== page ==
Growing up, I learned many valuable things from my mother. Things like, the television gets really clear just before it blows up and if you swallow a fingernail it will puncture your intestines and never eat a banana before going to bed. The most beneficial piece of advice though, has carried me through most of my life; always expect the worst and you’ll never be disappointed.
I like to look up the meaning of words, it's kind of a hobby of mine, not to mention that knowing the meaning of words comes in quite handy if you're a writer. I looked up the word, 'worry', and this is what I found:
1.to torment oneself with or suffer from disturbing thoughts; fret.
2.to move with effort: an old car worrying uphill.
3.to torment with cares, anxieties, etc.; trouble; plague.
4.to seize, especially by the throat, with the teeth and shake or mangle, as one animal does another.
5.to harass by repeated biting, snapping, etc.
I just realized that this adds a whole new experience update to my mother's Linked-in profile, if she had one, and if she were alive.
Of course, there are things that have to be taught by example, words just aren’t enough. There is an art to worrying that has been developed primarily for aesthetics rather than utility. Hands must be wrung dramatically. My mother had brick-red knuckles. I have tried, but have never been able to achieve the same shade although I’m happy with my current skin tone which borders on unripe watermelon.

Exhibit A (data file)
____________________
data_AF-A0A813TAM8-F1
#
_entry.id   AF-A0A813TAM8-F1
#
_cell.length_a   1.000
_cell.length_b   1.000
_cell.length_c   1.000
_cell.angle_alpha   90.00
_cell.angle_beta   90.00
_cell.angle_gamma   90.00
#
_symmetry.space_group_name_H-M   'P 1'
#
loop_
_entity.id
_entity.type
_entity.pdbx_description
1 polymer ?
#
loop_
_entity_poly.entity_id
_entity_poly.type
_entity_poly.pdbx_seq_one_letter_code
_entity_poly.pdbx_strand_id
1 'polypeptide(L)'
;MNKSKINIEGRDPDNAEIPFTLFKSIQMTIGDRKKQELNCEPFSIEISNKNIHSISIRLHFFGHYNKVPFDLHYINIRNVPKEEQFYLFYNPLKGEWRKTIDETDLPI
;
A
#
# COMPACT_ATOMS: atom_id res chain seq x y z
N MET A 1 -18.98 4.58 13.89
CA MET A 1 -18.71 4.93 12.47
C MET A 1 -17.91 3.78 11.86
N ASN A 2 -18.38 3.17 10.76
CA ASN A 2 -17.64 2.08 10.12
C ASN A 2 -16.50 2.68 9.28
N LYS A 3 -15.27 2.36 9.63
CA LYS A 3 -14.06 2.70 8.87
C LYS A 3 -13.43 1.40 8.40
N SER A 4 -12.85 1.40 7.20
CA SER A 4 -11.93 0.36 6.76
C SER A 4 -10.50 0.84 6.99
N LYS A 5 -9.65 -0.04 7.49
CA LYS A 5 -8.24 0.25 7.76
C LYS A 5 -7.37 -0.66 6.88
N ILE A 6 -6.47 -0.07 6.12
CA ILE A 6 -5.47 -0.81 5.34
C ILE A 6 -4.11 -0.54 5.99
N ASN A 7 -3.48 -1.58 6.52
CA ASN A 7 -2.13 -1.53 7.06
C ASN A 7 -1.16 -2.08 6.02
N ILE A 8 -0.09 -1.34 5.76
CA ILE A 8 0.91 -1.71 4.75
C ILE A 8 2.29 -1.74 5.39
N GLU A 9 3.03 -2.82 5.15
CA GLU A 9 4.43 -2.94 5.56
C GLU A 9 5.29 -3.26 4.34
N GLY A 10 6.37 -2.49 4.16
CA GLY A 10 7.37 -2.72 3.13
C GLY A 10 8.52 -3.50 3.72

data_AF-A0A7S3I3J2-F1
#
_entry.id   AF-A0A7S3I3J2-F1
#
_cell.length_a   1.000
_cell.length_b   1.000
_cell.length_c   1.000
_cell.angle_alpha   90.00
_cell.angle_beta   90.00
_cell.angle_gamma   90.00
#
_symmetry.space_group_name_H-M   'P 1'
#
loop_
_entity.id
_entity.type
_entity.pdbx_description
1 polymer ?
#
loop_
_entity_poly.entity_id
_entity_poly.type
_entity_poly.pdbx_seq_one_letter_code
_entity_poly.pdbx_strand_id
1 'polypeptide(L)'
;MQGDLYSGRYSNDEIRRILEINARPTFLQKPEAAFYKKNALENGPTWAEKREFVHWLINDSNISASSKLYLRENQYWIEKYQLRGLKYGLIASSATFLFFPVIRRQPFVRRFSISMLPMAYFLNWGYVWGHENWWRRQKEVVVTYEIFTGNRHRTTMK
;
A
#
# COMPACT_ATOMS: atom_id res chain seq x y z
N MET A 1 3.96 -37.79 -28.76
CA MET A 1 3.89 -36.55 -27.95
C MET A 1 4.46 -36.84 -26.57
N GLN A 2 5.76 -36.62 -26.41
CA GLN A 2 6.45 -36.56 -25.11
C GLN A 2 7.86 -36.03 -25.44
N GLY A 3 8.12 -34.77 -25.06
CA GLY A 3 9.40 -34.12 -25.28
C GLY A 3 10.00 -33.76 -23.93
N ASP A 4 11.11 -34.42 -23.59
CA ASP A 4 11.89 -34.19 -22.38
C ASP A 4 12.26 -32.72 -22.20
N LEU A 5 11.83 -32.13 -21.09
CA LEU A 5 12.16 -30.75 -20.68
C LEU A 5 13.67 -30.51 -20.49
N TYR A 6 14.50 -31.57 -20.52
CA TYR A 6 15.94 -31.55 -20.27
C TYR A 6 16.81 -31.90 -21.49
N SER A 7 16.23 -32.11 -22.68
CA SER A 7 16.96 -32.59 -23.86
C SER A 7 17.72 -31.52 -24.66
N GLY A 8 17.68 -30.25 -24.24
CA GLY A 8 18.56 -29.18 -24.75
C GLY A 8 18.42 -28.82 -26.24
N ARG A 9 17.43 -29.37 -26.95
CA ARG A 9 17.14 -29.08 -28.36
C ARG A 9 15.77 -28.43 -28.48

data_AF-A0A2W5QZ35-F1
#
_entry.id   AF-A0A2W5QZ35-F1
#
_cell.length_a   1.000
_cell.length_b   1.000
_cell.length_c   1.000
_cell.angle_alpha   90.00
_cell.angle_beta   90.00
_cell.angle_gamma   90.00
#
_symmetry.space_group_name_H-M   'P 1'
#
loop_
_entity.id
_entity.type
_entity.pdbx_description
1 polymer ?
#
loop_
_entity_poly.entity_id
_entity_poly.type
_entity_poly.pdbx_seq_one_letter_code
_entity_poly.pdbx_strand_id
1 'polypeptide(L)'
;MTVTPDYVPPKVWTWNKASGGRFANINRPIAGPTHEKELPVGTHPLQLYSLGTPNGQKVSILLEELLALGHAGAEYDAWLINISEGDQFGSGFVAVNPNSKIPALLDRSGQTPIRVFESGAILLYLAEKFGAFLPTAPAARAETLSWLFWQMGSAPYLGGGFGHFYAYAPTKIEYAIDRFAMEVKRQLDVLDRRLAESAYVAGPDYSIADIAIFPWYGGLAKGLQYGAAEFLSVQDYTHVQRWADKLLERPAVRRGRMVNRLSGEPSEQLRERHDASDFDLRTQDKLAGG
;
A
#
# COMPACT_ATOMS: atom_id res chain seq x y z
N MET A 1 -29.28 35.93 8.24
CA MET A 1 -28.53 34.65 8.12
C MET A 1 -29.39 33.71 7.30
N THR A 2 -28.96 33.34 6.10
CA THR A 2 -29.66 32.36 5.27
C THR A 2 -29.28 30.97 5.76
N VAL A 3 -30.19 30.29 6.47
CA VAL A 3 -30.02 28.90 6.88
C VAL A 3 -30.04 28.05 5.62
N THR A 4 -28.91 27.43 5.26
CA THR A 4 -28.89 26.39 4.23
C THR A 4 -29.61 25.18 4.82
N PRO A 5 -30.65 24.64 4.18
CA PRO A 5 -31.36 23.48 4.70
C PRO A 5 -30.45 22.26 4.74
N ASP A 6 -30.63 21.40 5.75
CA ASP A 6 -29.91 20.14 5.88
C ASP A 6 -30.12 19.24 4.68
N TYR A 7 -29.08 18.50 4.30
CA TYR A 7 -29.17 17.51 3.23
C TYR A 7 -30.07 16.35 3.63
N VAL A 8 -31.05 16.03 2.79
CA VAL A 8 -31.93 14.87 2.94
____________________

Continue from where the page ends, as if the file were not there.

Crossing oneself is helpful if of the Catholic religion. I have crossed myself just to see what it is like but I’m not Catholic so it doesn’t count, but when the back of the hand is pressed to the forehead coupled with a facial grimace immediately following the cross, the effect can be fantastic. This stance is usually to induce guilt in others but can also foster compassion. If however someone tries to reassure the worrier, they may receive a look that suggests something bad is going to happen to them. Pacing can be effective but only if done while muttering.
“You’re always the one who gets hurt,” has stuck with me since childhood. Funny, it sure seemed that way as I was growing up. I realize now that probably all children get hair brushes tangled in their hair and have to have them cut out, and have been knocked down by a stray dog leaping through a screen door or written about in the medical journal of 1968 because of complications following a tonsillectomy, and I’m sure there are plenty of kids who have been run over by the family car.
If you don’t tell someone to drive safely, or be careful, they will be in a horrible accident. I don’t know what the statistics are on this, in fact, I don’t know what the statics are on a lot of things but, “they say,” by not cautioning someone before they set out may cause them to become unstable and make poor choices. I don’t take any chances, I tell loved ones to be careful. It always makes my mailman smile.
If you don’t tell someone you worry about them, you will be in a horrible accident. I think my mother confused love with worry. If she didn’t worry about you, she didn’t love you. If she didn’t love you, she didn’t worry about you. It made sense to her.
I’m still not sure if anything bad will happen if I eat a banana before going to bed but I don’t intend to find out.